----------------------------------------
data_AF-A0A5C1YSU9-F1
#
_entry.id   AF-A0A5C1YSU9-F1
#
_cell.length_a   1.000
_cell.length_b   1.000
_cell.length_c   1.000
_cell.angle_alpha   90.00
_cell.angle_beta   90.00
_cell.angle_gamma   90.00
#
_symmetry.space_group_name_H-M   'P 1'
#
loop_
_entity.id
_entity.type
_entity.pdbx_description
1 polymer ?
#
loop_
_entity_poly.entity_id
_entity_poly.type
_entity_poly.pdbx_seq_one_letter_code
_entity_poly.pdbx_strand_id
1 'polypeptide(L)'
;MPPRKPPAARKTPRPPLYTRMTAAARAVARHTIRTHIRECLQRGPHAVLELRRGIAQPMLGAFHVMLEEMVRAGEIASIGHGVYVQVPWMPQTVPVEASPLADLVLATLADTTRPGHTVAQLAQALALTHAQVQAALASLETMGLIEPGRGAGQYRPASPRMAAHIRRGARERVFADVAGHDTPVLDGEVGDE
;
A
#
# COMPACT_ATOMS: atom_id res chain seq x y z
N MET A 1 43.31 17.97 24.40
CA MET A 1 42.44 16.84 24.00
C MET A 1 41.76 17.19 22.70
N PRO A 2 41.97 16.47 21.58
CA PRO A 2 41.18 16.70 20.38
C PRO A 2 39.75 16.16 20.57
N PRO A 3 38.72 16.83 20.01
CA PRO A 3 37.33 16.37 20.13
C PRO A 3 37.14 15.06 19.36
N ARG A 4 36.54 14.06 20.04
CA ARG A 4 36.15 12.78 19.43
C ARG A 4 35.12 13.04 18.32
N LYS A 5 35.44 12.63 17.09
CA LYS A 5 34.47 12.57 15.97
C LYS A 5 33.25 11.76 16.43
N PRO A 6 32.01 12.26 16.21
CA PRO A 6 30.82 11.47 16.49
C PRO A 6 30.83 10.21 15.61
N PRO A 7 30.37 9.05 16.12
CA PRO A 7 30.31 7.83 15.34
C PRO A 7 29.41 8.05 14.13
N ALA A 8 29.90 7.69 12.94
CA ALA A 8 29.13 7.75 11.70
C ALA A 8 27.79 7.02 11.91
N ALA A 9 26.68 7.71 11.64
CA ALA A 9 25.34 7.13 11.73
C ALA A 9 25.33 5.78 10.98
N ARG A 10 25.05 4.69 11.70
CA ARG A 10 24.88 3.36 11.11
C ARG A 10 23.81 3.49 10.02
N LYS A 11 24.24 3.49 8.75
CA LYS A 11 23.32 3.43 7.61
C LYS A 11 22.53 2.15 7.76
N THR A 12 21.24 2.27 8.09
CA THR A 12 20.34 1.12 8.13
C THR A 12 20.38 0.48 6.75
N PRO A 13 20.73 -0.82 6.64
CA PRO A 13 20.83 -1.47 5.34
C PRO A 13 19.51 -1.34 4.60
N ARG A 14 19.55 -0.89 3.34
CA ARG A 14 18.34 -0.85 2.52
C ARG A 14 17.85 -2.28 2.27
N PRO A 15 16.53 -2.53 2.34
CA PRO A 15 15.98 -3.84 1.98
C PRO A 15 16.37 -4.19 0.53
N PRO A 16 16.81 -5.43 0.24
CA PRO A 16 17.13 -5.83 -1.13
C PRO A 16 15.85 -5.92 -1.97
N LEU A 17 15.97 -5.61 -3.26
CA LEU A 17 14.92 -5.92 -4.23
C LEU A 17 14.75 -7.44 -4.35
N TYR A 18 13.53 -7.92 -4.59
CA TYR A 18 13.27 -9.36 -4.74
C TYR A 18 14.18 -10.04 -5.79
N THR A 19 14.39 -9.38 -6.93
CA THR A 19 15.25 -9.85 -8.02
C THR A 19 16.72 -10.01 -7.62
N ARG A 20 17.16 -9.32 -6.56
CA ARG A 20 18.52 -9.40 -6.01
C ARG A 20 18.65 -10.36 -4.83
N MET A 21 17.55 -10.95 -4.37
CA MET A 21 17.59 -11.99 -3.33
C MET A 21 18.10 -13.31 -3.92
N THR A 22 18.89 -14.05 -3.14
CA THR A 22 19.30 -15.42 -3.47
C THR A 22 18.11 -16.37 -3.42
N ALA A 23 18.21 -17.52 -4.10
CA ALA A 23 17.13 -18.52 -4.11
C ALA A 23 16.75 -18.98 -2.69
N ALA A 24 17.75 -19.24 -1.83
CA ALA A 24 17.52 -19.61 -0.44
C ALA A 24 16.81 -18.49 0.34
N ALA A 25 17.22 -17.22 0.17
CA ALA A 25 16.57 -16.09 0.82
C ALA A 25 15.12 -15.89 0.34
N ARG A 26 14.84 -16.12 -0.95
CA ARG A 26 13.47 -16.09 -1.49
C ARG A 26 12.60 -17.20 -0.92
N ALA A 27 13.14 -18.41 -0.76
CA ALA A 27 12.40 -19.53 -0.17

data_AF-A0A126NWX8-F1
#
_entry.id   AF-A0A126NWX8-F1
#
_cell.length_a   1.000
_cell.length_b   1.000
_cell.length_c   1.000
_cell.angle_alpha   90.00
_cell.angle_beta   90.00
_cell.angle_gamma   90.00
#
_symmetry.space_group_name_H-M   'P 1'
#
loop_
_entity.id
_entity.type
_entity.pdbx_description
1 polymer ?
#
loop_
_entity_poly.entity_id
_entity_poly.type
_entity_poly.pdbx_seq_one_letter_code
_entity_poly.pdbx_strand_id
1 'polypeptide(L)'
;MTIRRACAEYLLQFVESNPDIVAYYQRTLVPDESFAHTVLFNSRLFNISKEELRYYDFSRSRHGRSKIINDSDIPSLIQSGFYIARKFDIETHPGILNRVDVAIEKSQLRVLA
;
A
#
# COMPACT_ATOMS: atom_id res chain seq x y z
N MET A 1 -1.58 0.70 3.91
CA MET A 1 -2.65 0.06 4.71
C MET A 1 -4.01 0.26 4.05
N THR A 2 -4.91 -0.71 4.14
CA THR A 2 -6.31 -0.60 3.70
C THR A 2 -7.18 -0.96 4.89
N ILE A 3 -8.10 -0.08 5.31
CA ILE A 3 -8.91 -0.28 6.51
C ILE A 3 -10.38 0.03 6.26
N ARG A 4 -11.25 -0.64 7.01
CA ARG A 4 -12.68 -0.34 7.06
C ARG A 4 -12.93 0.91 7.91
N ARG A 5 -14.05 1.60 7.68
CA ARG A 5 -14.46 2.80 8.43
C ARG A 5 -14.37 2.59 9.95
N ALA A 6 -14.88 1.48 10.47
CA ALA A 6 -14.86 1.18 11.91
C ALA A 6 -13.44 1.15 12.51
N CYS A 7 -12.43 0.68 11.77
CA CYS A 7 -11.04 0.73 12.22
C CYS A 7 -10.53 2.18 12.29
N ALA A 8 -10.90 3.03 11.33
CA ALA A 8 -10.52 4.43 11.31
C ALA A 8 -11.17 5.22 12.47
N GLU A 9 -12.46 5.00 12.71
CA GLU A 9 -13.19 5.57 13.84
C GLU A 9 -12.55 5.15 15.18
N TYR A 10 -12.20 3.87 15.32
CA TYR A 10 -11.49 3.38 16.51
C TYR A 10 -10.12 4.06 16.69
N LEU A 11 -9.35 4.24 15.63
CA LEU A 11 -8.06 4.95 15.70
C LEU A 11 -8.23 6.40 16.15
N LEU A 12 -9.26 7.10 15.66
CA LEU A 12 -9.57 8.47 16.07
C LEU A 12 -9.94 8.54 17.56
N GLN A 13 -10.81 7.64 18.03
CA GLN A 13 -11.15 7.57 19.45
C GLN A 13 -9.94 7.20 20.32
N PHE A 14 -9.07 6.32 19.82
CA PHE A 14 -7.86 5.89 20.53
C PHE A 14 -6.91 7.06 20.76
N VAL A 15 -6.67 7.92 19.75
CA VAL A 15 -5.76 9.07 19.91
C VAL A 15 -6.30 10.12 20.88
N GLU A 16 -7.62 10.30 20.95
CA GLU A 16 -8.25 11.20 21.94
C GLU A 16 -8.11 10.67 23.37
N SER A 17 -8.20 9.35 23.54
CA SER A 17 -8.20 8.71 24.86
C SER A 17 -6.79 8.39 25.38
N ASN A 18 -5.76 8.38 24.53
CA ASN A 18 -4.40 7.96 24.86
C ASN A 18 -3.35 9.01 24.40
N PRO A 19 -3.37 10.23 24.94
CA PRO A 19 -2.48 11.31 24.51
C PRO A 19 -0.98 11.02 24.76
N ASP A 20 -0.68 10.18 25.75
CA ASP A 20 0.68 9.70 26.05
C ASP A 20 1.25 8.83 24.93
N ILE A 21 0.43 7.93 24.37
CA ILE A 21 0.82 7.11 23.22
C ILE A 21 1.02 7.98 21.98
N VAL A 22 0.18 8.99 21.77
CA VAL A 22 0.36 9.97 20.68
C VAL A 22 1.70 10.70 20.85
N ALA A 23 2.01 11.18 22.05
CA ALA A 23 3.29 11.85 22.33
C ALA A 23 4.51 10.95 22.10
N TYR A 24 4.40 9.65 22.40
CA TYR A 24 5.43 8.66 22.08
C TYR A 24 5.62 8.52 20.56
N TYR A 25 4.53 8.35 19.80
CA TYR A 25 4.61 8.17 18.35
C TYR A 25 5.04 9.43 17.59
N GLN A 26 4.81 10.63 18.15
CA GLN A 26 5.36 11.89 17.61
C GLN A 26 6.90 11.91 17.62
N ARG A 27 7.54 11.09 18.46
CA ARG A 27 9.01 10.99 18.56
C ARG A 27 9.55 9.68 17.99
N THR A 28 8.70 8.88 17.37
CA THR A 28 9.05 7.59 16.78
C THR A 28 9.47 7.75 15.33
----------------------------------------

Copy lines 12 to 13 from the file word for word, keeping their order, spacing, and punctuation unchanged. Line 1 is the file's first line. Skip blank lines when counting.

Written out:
_symmetry.space_group_name_H-M   'P 1'
#